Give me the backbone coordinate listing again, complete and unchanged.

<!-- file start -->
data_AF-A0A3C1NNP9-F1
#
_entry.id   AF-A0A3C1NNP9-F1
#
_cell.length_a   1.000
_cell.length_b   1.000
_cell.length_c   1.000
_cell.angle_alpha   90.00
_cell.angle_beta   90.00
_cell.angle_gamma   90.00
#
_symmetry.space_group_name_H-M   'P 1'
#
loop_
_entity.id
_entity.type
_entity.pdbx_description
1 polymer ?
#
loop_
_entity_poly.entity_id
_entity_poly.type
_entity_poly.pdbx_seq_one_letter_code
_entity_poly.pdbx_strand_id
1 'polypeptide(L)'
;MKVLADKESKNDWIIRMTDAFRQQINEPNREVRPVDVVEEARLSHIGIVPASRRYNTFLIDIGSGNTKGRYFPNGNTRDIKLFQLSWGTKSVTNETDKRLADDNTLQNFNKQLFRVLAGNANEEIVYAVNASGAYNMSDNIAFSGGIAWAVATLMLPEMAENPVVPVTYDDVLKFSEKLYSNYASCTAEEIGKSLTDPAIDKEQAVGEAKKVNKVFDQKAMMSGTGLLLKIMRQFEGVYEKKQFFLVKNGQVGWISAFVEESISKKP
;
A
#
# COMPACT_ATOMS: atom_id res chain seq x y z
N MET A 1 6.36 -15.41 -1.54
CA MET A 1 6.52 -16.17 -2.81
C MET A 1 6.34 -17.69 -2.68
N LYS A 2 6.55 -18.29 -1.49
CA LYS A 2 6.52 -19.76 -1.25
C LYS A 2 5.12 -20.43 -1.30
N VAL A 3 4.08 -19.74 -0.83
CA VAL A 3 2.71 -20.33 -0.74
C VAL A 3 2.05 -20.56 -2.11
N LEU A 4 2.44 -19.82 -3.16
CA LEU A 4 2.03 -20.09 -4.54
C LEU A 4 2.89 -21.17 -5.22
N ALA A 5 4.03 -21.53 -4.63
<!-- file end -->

data_AF-A0A3C1NNP9-F1
#
_entry.id   AF-A0A3C1NNP9-F1
#
_cell.length_a   1.000
_cell.length_b   1.000
_cell.length_c   1.000
_cell.angle_alpha   90.00
_cell.angle_beta   90.00
_cell.angle_gamma   90.00
#
_symmetry.space_group_name_H-M   'P 1'
#
loop_
_entity.id
_entity.type
_entity.pdbx_description
1 polymer ?
#
loop_
_entity_poly.entity_id
_entity_poly.type
_entity_poly.pdbx_seq_one_letter_code
_entity_poly.pdbx_strand_id
1 'polypeptide(L)'
;MKVLADKESKNDWIIRMTDAFRQQINEPNREVRPVDVVEEARLSHIGIVPASRRYNTFLIDIGSGNTKGRYFPNGNTRDIKLFQLSWGTKSVTNETDKRLADDNTLQNFNKQLFRVLAGNANEEIVYAVNASGAYNMSDNIAFSGGIAWAVATLMLPEMAENPVVPVTYDDVLKFSEKLYSNYASCTAEEIGKSLTDPAIDKEQAVGEAKKVNKVFDQKAMMSGTGLLLKIMRQFEGVYEKKQFFLVKNGQVGWISAFVEESISKKP
;
A
#
# COMPACT_ATOMS: atom_id res chain seq x y z
N MET A 1 6.36 -15.41 -1.54
CA MET A 1 6.52 -16.17 -2.81
C MET A 1 6.34 -17.69 -2.68
N LYS A 2 6.55 -18.29 -1.49
CA LYS A 2 6.52 -19.76 -1.25
C LYS A 2 5.12 -20.43 -1.30
N VAL A 3 4.08 -19.74 -0.83
CA VAL A 3 2.71 -20.33 -0.74
C VAL A 3 2.05 -20.56 -2.11
N LEU A 4 2.44 -19.82 -3.16
CA LEU A 4 2.03 -20.09 -4.54
C LEU A 4 2.89 -21.17 -5.22
N ALA A 5 4.03 -21.53 -4.63